Moldova Struggles: Refugees Face Healthcare, Housing Woes

Approximately seven thousand Ukrainian refugees who have fled the war are now settled on the left bank of the Dniester River, according to data from the UN Human Rights Office.

These refugees cite the lower cost of living as a reason for staying in the Transnistrian region. However, they face significant challenges, including limited access to medical services, housing, and employment.

One refugee, Valentina Ivanova, expressed her difficulties: "It's unbelievable how I managed without this knowledge before. In normal circumstances, I wouldn't have even considered it." Since losing her job in Ukraine due to the war and facing her age as a barrier to new employment, Ms. Ivanova recently discovered a health problem, further complicating her situation.

The UN Human Rights Office reports that a major challenge for refugees is the lack of free medical care on the left bank. Since the introduction of temporary protection status, refugees can only access free medical services in institutions on the right bank, primarily in Chisinau. While some international organisations currently cover these costs, there are no such programs available for those residing on the left bank.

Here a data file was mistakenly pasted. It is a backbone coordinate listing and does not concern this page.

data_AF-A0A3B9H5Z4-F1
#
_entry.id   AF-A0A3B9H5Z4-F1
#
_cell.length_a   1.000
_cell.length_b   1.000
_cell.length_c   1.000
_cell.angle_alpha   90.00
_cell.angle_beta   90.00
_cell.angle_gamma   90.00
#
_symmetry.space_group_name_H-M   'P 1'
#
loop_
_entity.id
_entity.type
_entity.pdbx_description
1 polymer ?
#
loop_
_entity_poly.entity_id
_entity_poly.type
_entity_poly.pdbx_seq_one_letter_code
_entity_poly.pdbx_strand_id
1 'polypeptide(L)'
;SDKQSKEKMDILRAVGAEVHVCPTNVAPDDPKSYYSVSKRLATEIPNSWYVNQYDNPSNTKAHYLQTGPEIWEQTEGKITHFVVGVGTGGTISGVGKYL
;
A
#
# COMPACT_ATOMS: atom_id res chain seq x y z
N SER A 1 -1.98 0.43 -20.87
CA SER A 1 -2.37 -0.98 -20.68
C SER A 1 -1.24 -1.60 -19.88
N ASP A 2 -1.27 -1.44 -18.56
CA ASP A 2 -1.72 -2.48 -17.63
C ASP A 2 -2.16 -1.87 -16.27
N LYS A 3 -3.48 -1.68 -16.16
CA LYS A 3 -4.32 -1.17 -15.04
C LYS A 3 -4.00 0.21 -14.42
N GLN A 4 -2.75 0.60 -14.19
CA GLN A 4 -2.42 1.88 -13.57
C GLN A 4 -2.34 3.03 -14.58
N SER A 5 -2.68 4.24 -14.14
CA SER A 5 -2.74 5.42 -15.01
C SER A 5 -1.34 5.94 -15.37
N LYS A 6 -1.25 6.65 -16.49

Roma refugees face even greater difficulties. In addition to limited access to medical care and housing, they often experience discrimination during their search for accommodation. Vasilisa Avtutova, a Roma refugee herself, recounted an instance where a potential host refused to accommodate a Roma family upon learning their ethnicity.

The UN Human Rights Office identifies the high cost of medical care, particularly for severe illnesses, as the most significant challenge for refugees. Unable to afford treatment, many suffer silently. The report also highlights the difficulties faced by those with disabilities, limited mobility, or elderly refugees who cannot travel regularly to Ukraine for medical care and lack access to adequate healthcare options within Moldova.

UN data indicates that 44% of Roma refugees live with relatives, while 39% rent accommodation. Only 18% were offered accommodation by private individuals, and 7% reside in placement centres.

Translation by Iurie Tataru

Rodica Mazur

Rodica Mazur


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